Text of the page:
Listening to Britten – Rhapsody for string quartet

Farfield House, Gresham’s, Holt, 1929 (Benjamin Britten front left) – image courtesy of

Rhapsody for string quartet in F major (28 January – 6 February 1929, Britten aged 15)

Dedication not known
Duration 7′

Background and Critical Reception

With Britten now boarding at Gresham’s school, it is unfortunate the first piece we look at from there was written in the sanitorium, with Paul Kildea drawing attention to how ‘fever heightened, his imagination’. Despite its genesis early in 1929, and subsequent revision in the following weeks, the Rhapsody had to wait until 1985 for its first performance, and subsequent recordings have been few and far between – indeed, the Endellion String Quartet version used here appears to be the only one currently available.

In his booklet note for the EMI recording from the Endellion String Quartet, John Evans notes the influence of Frank Bridge in the construction and harmony of the piece, referring to the ‘framed structure that was to become characteristic of Britten’s single-movement forms’.


With Britten now having received over a year’s worth of lessons from Frank Bridge, it is perhaps not surprising that his music should reflect the older composer’s influence, and a lot of this music is reminiscent of the older composer’s Three Idylls for string quartet. Rhapsody is a self-contained piece, but although its title implies freedom of approach in composition it is actually tightly constructed, with several linking sections. The freedom is to be found in the music itself, which doesn’t give its harmonic secrets away easily. The scoring is relatively thick, the writing warm and faintly exotic in a way that suggests Ravel.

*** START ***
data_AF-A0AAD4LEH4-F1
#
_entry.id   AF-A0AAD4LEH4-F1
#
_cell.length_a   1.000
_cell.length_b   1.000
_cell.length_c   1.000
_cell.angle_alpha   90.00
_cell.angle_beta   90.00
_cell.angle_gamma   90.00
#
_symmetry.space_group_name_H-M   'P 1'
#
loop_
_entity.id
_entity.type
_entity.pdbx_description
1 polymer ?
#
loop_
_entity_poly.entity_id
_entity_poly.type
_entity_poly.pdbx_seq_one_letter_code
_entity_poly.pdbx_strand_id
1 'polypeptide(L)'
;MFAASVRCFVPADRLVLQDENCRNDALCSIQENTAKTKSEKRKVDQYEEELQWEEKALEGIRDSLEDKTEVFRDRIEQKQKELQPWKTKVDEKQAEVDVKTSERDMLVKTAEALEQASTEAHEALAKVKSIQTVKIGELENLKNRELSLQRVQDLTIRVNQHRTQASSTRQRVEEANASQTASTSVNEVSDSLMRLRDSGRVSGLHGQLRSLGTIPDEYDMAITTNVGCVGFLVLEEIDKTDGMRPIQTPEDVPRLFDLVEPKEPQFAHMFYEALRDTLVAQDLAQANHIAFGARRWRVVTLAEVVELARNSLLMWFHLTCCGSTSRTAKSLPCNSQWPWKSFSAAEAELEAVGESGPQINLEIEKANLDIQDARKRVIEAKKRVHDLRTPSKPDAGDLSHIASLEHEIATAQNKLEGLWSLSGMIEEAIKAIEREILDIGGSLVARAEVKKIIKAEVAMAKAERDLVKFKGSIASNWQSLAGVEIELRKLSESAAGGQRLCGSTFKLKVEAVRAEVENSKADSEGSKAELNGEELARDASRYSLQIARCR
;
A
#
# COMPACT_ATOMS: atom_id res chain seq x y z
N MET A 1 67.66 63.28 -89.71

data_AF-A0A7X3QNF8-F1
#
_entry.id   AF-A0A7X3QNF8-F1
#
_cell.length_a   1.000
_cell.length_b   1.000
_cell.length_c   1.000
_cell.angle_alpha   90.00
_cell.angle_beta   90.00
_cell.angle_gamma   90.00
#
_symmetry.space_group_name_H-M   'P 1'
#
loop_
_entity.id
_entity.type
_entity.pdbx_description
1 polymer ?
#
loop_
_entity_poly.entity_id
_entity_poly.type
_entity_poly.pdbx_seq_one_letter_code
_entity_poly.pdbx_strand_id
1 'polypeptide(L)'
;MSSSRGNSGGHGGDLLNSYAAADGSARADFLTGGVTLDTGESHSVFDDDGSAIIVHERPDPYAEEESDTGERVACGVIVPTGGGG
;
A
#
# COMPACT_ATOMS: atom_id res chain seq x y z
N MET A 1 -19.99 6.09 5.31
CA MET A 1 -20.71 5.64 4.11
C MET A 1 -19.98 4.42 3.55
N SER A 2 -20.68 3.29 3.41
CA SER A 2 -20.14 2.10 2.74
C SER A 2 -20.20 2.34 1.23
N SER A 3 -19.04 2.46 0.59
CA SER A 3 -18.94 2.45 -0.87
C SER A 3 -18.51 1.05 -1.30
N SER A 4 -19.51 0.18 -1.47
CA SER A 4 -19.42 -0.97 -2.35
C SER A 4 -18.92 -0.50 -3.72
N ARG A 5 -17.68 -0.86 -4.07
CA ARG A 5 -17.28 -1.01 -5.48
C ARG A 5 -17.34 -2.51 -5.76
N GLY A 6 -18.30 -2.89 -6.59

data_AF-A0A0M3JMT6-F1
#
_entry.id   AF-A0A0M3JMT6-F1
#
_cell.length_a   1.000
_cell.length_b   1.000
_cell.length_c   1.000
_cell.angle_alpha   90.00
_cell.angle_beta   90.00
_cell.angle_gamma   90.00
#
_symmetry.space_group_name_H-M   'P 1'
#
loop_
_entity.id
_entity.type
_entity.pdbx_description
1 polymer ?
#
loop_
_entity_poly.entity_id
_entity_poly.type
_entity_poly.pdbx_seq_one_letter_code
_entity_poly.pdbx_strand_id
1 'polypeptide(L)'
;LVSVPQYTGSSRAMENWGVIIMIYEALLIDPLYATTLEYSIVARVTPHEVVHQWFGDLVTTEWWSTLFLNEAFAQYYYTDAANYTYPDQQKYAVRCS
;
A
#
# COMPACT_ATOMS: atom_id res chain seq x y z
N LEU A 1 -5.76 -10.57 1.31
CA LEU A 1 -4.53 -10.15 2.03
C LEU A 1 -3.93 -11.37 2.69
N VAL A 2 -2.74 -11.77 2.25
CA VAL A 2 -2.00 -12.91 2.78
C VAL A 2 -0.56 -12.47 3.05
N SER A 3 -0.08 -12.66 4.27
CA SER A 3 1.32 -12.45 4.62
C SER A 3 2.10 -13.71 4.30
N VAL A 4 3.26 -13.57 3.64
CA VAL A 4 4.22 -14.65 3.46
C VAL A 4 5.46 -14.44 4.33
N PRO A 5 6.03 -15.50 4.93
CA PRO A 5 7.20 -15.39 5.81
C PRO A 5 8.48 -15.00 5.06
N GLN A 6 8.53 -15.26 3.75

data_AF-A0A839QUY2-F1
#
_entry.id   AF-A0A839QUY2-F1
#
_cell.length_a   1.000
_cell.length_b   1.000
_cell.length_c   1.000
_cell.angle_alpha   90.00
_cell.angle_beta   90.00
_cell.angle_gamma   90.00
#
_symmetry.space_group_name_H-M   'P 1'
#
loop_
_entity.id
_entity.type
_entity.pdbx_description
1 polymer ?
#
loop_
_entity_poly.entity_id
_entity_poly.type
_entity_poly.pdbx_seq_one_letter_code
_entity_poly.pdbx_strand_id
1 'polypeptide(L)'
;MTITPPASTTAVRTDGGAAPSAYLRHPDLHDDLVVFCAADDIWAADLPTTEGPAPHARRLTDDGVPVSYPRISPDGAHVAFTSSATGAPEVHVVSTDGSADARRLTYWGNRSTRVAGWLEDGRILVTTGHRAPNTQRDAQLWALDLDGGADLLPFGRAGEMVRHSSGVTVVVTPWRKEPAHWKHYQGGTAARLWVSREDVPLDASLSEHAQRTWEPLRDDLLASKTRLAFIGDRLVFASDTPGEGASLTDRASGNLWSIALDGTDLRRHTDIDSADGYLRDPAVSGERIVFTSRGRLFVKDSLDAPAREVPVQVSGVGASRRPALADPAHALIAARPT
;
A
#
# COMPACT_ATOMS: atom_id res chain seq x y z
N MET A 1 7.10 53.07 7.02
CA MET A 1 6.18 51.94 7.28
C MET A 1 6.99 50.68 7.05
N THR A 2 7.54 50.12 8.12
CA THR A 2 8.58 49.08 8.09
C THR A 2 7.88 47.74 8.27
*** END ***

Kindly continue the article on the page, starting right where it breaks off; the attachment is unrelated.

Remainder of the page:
The piece sets out its stall in an attractive discourse, the quartet closely following each other’s movements and melodic phrases, and the viola – first instrument of both pupil and master – assumes greater importance for the attractive second theme. It is fascinating to hear Britten absorbing the approach of his composer, but there are little touches here, such as the pause towards the end, that confirm he is still thinking with his own mind. By no means as original in thought as the Quatre chansons françaises, Rhapsody is nonetheless a work still looking forward in its musical language. Still a precocious work for a fifteen-year old to be writing!

Recordings used
Endellion String Quartet (world premiere recording) (EMI) – not available on Spotify

A short preview of the Rhapsody can be found on the All Music website

Also written in 1929: Walton – Viola Concerto

Next up: Lilian

This entry was posted in Chamber music, Listening to Britten, String Quartet, Uncategorized and tagged , , , . Bookmark the permalink.

1 Response to Listening to Britten – Rhapsody for string quartet

  1. Pingback: Listening to Britten – Miniature Suite for string quartet | Good Morning Britten

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